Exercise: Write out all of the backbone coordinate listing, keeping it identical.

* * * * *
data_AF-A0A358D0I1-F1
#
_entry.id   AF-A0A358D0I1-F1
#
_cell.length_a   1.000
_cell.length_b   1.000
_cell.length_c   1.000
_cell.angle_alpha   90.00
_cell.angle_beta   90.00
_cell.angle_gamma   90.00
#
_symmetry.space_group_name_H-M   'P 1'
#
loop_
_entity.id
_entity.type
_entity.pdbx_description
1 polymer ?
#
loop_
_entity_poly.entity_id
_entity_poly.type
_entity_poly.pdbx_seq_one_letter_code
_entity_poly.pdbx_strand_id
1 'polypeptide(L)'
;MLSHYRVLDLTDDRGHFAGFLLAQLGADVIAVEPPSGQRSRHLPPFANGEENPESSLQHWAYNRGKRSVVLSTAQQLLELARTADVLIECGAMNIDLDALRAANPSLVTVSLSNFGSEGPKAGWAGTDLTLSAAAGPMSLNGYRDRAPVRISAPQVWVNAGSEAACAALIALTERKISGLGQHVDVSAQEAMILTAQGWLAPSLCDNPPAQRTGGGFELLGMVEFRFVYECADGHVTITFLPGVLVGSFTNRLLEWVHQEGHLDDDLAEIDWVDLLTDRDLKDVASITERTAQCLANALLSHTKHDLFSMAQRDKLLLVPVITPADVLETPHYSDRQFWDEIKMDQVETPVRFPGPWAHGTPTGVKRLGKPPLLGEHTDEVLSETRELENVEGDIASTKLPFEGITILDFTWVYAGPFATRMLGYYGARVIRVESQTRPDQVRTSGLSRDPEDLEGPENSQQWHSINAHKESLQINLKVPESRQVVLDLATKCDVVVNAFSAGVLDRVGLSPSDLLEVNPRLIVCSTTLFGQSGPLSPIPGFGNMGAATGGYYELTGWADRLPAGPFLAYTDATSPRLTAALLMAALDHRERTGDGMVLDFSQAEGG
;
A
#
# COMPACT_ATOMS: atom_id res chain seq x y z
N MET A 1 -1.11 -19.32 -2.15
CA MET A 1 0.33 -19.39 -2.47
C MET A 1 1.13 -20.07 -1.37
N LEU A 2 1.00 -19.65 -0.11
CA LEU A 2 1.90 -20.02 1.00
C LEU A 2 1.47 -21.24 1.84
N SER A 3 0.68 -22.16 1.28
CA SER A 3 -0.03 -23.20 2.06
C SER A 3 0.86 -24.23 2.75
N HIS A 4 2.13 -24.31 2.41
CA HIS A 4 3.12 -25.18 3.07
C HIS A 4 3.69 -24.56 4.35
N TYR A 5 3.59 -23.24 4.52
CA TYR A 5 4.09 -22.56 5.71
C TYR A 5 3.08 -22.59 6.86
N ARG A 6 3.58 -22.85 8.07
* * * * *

data_AF-A0A358D0I1-F1
#
_entry.id   AF-A0A358D0I1-F1
#
_cell.length_a   1.000
_cell.length_b   1.000
_cell.length_c   1.000
_cell.angle_alpha   90.00
_cell.angle_beta   90.00
_cell.angle_gamma   90.00
#
_symmetry.space_group_name_H-M   'P 1'
#
loop_
_entity.id
_entity.type
_entity.pdbx_description
1 polymer ?
#
loop_
_entity_poly.entity_id
_entity_poly.type
_entity_poly.pdbx_seq_one_letter_code
_entity_poly.pdbx_strand_id
1 'polypeptide(L)'
;MLSHYRVLDLTDDRGHFAGFLLAQLGADVIAVEPPSGQRSRHLPPFANGEENPESSLQHWAYNRGKRSVVLSTAQQLLELARTADVLIECGAMNIDLDALRAANPSLVTVSLSNFGSEGPKAGWAGTDLTLSAAAGPMSLNGYRDRAPVRISAPQVWVNAGSEAACAALIALTERKISGLGQHVDVSAQEAMILTAQGWLAPSLCDNPPAQRTGGGFELLGMVEFRFVYECADGHVTITFLPGVLVGSFTNRLLEWVHQEGHLDDDLAEIDWVDLLTDRDLKDVASITERTAQCLANALLSHTKHDLFSMAQRDKLLLVPVITPADVLETPHYSDRQFWDEIKMDQVETPVRFPGPWAHGTPTGVKRLGKPPLLGEHTDEVLSETRELENVEGDIASTKLPFEGITILDFTWVYAGPFATRMLGYYGARVIRVESQTRPDQVRTSGLSRDPEDLEGPENSQQWHSINAHKESLQINLKVPESRQVVLDLATKCDVVVNAFSAGVLDRVGLSPSDLLEVNPRLIVCSTTLFGQSGPLSPIPGFGNMGAATGGYYELTGWADRLPAGPFLAYTDATSPRLTAALLMAALDHRERTGDGMVLDFSQAEGG
;
A
#
# COMPACT_ATOMS: atom_id res chain seq x y z
N MET A 1 -1.11 -19.32 -2.15
CA MET A 1 0.33 -19.39 -2.47
C MET A 1 1.13 -20.07 -1.37
N LEU A 2 1.00 -19.65 -0.11
CA LEU A 2 1.90 -20.02 1.00
C LEU A 2 1.47 -21.24 1.84
N SER A 3 0.68 -22.16 1.28
CA SER A 3 -0.03 -23.20 2.06
C SER A 3 0.86 -24.23 2.75
N HIS A 4 2.13 -24.31 2.41
CA HIS A 4 3.12 -25.18 3.07
C HIS A 4 3.69 -24.56 4.35
N TYR A 5 3.59 -23.24 4.52
CA TYR A 5 4.09 -22.56 5.71
C TYR A 5 3.08 -22.59 6.86
N ARG A 6 3.58 -22.85 8.07